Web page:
External applications of white nettle
Externally, white dead nettle is applied in the form of compresses on the skin, to deflate varicose veins. It has been described that with an infusion of distilled water and flowers and dead nettle leaves an excellent and effective lotion is made for conjunctivitis.
For its astringent qualities, rich in tannins, anti-inflammatory, bactericidal and antiseptic, white nettle helps to heal wounds. The mucilage that is extracted from the boil of the leaves is effective for baths for swollen feet.
For its bactericidal properties it is used for the inflammation of ears. (Apply the cooking steam for 2 minutes of a handful of dried leaves.
Edible properties of white nettles
White nettle is considered an edible wild plant. Its aroma is very penetrating and its flavor too. Therefore at first we may be surprised, because it is an aromatic flavor to which our sense of taste is not accustomed.
It is a plant that for many years has been consumed as a common vegetable, although over time, other more productive plants, as well known as lettuce or Swiss chard, have displaced it from the diet.
How is white nettle consumed?
The edible part is its tender leaves. It can be cooked just like any other vegetable, like spinach, sautéing the leaves, putting them in an omelette, or mixing them in a vegetable cream.
We can also take advantage of the white nettles for any stew of vegetables or rice.
Vitamins and minerals of white nettle
Among its nutrients, white nettles contain a lot of potassium, a mineral with diuretic properties, to stimulate the production of urine and therefore the elimination of waste from the body.
They also have a large amount of folic acid, a vitamin that cleanses the blood of toxins such as homocysteine, resulting in a very suitable vegetable for cases of high cholesterol, obesity, diabetes and heart disease.
Antioxidant properties of white nettle
In addition, it is a plant very rich in powerful antioxidants such as carotenes and chlorophyll. These principles have properties to purify the liver as they intervene in their detoxification processes. A dish of white nettles also makes a good contribution of calcium and magnesium.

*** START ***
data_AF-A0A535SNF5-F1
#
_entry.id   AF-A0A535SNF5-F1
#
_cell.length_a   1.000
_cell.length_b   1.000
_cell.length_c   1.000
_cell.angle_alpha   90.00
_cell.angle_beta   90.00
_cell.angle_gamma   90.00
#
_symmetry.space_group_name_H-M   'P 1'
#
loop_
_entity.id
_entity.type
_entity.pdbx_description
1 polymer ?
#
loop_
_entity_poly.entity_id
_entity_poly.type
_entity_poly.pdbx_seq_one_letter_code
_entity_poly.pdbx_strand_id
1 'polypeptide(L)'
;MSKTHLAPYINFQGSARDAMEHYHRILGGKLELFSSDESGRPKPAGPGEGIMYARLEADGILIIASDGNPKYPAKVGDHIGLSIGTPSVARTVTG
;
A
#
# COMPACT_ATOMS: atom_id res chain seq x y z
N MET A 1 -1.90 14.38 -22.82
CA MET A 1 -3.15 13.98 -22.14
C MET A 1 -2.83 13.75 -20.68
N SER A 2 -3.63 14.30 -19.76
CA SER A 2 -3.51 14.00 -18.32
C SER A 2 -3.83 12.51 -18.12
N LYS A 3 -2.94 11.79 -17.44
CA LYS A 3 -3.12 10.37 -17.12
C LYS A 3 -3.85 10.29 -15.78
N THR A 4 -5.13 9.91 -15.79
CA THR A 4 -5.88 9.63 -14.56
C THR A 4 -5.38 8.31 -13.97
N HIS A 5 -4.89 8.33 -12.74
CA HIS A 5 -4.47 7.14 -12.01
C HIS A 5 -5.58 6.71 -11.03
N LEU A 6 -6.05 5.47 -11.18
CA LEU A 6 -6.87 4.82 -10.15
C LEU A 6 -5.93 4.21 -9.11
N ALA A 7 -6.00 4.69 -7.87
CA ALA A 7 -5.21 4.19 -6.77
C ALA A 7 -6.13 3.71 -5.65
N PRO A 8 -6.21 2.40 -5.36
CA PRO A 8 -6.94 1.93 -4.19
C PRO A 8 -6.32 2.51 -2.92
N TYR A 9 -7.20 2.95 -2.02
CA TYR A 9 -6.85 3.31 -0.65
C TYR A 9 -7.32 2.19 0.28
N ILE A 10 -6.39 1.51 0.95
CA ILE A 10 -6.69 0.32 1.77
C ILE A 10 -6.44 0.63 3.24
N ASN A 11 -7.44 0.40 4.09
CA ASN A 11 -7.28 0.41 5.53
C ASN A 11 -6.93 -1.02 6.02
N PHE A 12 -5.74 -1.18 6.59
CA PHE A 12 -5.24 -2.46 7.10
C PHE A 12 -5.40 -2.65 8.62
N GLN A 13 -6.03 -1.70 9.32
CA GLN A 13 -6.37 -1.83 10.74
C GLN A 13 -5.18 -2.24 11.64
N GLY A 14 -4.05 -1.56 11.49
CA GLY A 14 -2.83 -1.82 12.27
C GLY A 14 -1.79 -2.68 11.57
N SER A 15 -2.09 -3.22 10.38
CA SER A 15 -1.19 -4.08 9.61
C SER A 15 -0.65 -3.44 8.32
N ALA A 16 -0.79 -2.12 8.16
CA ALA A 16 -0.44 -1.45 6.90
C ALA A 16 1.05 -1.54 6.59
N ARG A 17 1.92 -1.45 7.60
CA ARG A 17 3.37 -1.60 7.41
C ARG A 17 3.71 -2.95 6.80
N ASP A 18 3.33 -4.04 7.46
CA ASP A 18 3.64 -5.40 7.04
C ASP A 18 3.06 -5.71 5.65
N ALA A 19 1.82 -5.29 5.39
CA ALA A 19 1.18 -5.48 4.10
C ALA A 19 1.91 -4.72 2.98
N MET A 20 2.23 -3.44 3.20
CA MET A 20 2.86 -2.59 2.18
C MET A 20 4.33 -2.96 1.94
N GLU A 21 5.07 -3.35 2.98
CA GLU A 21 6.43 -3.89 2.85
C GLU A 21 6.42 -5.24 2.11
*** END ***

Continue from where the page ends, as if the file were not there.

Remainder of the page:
White nettle against food globalization
White nettles and other wild plants that are now known as edible have been part of traditional cuisine since antiquity, and it could be said that its consumption goes back to the origin of man.
Reintroducing the consumption of wild plants in the kitchen is to recover a vestige of gastronomic history, close to getting lost and being buried by food globalization.
* See: History of the consumption of wild plants
Toxicity of white nettles
There are no data on the toxicity of this plant in the botanical and ethnobotanical treaties consulted.
Font i Quer tells us that there is no need to fear the plant because of its toxicity, because it is an edible plant.
There are also no current reports on whether it has toxic principles in the scientific bibliography, nor have cases of intoxication caused by ingestion of the plant been documented in these same sources.
It has been described that congeneric plants can have phototoxic effect.
More information on white nettle and common nettle
15 September, 2020